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WHAT YOU NEED TO KNOW:
A nephrectomy is surgery to remove part or all of your kidney. The kidneys remove waste from the blood. The waste is flushed from your body through your urine.
WHILE YOU ARE HERE:
Before your surgery:
- Informed consent is a legal document that explains the tests, treatments, or procedures that you may need. Informed consent means you understand what will be done and can make decisions about what you want. You give your permission when you sign the consent form. You can have someone sign this form for you if you are not able to sign it. You have the right to understand your medical care in words you know. Before you sign the consent form, understand the risks and benefits of what will be done. Make sure all your questions are answered.
- An IV is a small tube placed in your vein that is used to give you medicine or liquids.
- Antibiotics may be given through your IV to prevent an infection caused by bacteria.
- General anesthesia will keep you asleep and free from pain during surgery. Anesthesia may be given through your IV. You may instead breathe it in through a mask or a tube placed down your throat. The tube may cause you to have a sore throat when you wake up.
During your surgery:
An incision will be made over your kidney. Your surgeon will cut the tissues on and around your kidney. Part or all of your kidney will be removed. Your adrenal gland may also be removed. The adrenal gland sits on top of your kidney and produces hormones. The incision will be closed with stitches and covered with a bandage.
After your surgery:
You will be taken to a room to rest until you are fully awake. Healthcare providers will monitor you closely for any problems. Do not get out of bed until your healthcare provider says it is okay. When your healthcare provider sees that you are okay, you will be able to go home or be taken to your hospital room.
- A drain may be placed during surgery to remove extra fluid from your wound. This helps prevent infection. The drain is taken out when the wound stops draining fluid.
- You may need to walk around the same day of surgery , or the day after. Movement will help prevent blood clots. You may also be given exercises to do in bed. Do not get out of bed on your own until your healthcare provider says you can. Talk to healthcare providers before you get up the first time. They may need to help you stand up safely. When you are able to get up on your own, sit or lie down right away if you feel weak or dizzy. Then press the call light button to let healthcare providers know you need help.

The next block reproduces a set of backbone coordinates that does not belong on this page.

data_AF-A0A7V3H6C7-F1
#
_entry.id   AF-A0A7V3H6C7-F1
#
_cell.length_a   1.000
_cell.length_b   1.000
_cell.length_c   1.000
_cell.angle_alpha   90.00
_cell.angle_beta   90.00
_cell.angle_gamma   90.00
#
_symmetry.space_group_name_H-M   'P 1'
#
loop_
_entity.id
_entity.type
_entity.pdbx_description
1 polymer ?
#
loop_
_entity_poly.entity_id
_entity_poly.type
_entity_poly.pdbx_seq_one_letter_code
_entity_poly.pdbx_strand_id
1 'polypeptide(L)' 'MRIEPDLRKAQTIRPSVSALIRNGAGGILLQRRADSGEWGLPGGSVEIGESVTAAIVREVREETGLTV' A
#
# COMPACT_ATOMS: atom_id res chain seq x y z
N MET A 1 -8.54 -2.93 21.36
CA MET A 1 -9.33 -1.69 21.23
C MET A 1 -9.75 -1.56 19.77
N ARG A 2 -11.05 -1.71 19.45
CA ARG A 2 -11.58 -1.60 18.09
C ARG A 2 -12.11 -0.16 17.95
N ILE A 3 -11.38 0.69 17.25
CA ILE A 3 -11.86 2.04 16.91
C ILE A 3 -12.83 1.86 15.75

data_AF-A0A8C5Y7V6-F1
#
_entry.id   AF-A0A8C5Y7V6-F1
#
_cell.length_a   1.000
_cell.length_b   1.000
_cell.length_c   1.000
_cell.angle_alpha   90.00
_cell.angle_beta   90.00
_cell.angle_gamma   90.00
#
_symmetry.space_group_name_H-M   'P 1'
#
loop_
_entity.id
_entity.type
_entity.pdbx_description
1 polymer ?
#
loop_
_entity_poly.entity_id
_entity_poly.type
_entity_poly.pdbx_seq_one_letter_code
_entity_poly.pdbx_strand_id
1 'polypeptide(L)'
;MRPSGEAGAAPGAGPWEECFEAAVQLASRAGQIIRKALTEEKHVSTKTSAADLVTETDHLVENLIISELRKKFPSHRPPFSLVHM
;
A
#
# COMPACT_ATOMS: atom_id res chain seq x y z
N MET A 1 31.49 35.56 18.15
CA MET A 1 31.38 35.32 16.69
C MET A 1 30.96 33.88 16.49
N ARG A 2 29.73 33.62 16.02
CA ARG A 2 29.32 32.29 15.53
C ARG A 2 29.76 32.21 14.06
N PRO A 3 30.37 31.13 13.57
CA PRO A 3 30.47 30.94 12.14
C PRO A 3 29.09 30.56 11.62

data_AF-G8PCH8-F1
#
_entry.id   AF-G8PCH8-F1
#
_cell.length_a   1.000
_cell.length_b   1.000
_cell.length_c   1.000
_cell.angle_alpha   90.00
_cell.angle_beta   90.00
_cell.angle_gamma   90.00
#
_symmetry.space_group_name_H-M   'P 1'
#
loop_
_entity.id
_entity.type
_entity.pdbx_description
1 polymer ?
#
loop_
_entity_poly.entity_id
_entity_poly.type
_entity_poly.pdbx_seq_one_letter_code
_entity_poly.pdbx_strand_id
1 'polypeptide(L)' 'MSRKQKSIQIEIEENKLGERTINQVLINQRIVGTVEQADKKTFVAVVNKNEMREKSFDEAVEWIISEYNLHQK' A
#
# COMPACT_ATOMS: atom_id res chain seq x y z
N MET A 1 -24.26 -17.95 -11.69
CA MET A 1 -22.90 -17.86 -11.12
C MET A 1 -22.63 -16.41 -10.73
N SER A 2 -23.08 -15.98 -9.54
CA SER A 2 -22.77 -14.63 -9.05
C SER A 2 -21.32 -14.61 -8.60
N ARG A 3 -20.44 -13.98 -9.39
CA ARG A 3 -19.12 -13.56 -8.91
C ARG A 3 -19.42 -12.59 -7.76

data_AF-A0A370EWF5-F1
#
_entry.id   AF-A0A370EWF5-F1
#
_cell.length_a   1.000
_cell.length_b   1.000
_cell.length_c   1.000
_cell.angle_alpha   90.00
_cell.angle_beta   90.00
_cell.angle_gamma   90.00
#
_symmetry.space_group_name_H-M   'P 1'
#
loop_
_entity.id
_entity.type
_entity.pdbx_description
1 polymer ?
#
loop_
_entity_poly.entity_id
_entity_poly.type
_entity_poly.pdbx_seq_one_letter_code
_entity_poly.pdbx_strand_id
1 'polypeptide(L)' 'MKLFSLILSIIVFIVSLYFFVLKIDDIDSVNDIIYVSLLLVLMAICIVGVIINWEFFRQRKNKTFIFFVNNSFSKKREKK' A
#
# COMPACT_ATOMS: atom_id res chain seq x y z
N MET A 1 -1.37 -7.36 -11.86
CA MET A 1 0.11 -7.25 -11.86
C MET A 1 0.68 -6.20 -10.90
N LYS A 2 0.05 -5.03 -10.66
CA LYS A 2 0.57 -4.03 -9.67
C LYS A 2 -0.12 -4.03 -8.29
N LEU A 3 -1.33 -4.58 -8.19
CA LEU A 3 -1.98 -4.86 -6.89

- You will be able to drink liquids and eat certain foods once your stomach function returns after surgery. You may be given ice chips at first. Then you will get liquids such as water, broth, juice, and clear soft drinks. If your stomach does not become upset, you may then be given soft foods, such as ice cream and applesauce. Once you can eat soft foods easily, you may slowly begin to eat solid foods.
- Pain medicine may be given to decrease pain. Do not wait until the pain is severe before you ask for more medicine.
- Antibiotics help prevent infection caused by bacteria.
- Antinausea medicine helps calm your stomach and prevents vomiting.
- Bowel movement softeners make it easier for you to have a bowel movement. You may need this medicine to prevent constipation.
- You may get an infection or bleed more than expected. You may have trouble breathing during surgery. Nerves, blood vessels, muscles, or organs may be damaged. If only part of your kidney is removed, the kidney that remains may not function as well as it should.
- Without treatment, your signs and symptoms will get worse. Your kidney may not be able to completely remove waste from your body. Too much waste left in your body can cause dizziness, seizures, or confusion. Toxic waste buildup in your body can be life-threatening.
CARE AGREEMENT:You have the right to help plan your care. Learn about your health condition and how it may be treated. Discuss treatment options with your caregivers to decide what care you want to receive. You always have the right to refuse treatment.
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The above information is an educational aid only. It is not intended as medical advice for individual conditions or treatments. Talk to your doctor, nurse or pharmacist before following any medical regimen to see if it is safe and effective for you.